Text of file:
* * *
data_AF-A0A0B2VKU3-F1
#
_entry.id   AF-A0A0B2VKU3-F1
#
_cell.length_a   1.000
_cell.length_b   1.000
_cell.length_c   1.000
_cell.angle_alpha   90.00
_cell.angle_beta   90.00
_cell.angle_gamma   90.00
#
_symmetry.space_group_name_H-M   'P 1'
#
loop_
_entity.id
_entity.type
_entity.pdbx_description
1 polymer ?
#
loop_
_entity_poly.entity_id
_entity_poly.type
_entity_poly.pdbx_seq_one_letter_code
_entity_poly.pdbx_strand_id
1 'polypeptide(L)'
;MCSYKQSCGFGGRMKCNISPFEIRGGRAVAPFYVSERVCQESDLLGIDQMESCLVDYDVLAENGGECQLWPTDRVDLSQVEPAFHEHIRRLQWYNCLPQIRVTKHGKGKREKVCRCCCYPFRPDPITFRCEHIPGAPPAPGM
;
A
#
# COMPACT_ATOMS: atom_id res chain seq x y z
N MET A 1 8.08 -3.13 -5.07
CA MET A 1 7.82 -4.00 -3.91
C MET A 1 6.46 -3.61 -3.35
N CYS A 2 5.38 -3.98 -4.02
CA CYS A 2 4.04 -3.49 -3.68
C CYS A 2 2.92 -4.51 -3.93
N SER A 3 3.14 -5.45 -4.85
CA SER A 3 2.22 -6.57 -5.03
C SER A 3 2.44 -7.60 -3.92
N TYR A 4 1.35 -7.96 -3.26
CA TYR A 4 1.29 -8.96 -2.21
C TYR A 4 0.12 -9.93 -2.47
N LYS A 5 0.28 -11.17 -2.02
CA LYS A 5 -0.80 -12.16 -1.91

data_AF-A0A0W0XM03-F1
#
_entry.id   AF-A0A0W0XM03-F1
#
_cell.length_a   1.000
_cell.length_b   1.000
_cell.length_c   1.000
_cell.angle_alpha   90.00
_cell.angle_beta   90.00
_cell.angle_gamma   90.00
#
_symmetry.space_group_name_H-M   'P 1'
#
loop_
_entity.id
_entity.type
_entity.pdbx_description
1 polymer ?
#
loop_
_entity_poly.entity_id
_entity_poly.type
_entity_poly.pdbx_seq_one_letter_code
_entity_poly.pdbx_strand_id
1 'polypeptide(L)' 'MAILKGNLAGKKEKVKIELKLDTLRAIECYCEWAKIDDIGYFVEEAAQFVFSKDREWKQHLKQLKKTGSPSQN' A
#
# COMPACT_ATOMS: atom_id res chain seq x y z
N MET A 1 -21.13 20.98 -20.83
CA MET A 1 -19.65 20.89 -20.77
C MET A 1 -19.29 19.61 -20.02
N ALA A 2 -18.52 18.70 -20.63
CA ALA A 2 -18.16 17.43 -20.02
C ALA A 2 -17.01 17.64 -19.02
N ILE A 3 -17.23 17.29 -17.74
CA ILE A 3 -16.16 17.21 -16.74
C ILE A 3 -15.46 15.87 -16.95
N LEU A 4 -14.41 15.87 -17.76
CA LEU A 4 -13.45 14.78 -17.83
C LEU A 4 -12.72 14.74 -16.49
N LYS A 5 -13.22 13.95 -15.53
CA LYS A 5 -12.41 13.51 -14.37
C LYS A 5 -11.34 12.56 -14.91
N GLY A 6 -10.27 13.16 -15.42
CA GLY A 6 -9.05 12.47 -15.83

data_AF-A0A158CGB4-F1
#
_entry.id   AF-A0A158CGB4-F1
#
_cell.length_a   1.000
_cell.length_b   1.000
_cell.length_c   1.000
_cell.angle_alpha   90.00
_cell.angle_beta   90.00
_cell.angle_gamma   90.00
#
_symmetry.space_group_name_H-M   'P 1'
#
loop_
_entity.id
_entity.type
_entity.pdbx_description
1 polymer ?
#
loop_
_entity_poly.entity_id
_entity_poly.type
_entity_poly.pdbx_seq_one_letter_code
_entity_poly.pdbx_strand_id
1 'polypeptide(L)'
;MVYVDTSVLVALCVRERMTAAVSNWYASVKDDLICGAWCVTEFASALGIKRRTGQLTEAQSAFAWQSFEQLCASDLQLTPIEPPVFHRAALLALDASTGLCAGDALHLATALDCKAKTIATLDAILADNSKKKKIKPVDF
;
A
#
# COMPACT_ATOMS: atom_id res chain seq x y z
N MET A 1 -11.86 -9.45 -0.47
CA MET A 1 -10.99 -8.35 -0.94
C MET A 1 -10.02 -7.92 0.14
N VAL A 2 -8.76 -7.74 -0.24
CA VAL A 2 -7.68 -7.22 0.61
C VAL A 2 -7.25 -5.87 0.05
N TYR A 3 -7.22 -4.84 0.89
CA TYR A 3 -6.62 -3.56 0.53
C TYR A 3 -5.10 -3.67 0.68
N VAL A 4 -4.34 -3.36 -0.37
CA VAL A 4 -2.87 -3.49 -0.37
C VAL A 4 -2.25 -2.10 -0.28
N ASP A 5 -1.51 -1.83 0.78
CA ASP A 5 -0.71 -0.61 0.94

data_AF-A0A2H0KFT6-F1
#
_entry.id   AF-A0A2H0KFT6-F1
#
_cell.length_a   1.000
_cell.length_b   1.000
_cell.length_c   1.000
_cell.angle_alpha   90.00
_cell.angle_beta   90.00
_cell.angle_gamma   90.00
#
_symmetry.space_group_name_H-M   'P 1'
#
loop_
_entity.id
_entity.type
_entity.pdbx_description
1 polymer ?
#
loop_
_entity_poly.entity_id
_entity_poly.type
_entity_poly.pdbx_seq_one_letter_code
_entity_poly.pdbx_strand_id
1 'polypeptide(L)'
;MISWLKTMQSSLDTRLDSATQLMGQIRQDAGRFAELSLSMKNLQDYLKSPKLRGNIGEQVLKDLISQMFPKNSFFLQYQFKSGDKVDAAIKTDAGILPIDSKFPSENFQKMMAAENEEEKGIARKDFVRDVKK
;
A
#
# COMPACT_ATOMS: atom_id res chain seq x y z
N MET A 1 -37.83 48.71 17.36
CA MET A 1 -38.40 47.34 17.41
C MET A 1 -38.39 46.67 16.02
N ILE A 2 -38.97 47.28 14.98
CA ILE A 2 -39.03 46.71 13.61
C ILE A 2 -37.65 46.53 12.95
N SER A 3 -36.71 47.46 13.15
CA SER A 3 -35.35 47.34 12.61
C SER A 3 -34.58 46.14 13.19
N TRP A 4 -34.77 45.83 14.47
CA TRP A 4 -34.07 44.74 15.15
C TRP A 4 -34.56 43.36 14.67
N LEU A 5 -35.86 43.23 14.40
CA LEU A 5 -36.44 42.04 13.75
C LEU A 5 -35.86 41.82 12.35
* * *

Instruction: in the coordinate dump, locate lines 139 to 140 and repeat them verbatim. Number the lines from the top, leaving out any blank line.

_cell.length_c   1.000
_cell.angle_alpha   90.00